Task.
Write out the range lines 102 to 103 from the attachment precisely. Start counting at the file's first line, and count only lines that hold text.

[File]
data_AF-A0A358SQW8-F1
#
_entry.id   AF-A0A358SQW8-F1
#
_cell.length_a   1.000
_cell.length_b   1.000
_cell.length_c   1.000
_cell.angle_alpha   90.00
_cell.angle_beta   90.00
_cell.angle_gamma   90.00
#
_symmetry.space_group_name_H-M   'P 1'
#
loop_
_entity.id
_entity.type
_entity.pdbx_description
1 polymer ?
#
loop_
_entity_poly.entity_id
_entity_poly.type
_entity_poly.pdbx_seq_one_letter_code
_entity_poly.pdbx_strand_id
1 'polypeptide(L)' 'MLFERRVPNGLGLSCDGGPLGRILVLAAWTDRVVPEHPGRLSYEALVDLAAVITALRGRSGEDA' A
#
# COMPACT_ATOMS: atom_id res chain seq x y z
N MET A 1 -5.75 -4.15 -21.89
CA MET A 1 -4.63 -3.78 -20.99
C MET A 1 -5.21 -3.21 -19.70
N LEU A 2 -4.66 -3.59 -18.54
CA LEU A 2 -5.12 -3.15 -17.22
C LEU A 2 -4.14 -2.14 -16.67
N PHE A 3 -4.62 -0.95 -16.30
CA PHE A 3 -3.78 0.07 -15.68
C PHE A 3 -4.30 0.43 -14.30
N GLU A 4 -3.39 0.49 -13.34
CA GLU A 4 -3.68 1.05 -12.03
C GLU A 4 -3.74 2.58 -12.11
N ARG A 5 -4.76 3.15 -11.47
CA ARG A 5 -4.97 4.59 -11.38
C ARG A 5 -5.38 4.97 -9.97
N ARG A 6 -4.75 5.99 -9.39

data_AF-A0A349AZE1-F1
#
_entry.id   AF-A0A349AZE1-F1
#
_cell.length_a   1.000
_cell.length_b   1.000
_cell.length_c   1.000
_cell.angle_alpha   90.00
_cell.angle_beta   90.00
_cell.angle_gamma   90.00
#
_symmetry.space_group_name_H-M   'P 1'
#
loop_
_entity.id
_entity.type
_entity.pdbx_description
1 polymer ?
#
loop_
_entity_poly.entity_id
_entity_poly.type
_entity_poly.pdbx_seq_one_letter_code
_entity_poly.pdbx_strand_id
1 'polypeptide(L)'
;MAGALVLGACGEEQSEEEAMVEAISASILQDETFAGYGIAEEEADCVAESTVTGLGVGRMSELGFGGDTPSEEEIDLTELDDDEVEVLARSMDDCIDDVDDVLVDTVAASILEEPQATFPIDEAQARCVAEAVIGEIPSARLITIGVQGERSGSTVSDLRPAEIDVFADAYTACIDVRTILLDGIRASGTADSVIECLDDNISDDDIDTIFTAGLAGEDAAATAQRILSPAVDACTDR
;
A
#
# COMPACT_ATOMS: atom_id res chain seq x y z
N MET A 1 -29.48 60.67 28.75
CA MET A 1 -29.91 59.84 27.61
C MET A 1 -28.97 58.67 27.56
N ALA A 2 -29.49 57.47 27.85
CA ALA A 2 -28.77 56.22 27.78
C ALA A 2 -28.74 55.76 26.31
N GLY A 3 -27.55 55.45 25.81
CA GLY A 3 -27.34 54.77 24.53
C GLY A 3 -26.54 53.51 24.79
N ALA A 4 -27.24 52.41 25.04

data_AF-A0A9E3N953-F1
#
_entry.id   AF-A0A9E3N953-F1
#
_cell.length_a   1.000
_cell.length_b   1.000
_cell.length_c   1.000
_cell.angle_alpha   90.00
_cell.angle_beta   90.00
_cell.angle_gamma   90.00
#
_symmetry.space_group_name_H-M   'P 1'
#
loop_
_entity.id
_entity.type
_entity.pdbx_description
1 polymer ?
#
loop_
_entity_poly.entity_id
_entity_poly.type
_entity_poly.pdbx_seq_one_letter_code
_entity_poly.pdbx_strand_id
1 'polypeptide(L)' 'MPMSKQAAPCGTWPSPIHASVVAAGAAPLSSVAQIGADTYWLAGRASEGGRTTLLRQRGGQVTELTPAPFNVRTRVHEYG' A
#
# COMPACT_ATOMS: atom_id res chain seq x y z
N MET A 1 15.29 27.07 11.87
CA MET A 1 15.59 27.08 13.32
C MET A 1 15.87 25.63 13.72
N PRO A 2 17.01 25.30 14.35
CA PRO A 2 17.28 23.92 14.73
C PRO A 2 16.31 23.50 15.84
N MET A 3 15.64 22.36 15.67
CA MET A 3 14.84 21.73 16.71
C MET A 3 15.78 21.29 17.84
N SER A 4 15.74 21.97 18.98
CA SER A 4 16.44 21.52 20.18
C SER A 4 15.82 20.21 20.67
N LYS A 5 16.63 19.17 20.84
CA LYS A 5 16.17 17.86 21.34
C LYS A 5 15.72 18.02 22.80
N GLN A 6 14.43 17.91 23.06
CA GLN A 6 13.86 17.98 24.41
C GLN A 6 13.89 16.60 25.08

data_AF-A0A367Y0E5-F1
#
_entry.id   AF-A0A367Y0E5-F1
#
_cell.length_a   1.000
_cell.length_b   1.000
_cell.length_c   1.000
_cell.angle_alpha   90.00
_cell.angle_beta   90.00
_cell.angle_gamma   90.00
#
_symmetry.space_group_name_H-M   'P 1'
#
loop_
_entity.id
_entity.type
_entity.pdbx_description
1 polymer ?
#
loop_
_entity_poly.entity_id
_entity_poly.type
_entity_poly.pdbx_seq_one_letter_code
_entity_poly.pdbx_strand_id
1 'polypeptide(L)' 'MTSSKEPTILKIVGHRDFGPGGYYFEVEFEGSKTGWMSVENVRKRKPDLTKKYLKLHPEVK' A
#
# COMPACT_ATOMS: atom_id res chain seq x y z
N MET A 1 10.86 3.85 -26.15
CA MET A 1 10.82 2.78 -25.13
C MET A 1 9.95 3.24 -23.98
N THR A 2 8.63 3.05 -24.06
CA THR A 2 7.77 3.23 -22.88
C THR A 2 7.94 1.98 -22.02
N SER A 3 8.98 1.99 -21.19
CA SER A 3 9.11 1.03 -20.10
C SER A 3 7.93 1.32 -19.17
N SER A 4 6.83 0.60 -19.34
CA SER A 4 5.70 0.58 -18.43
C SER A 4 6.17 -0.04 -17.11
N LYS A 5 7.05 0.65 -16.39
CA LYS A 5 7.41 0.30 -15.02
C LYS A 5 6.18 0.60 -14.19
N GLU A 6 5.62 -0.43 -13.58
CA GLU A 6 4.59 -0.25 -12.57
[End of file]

#
loop_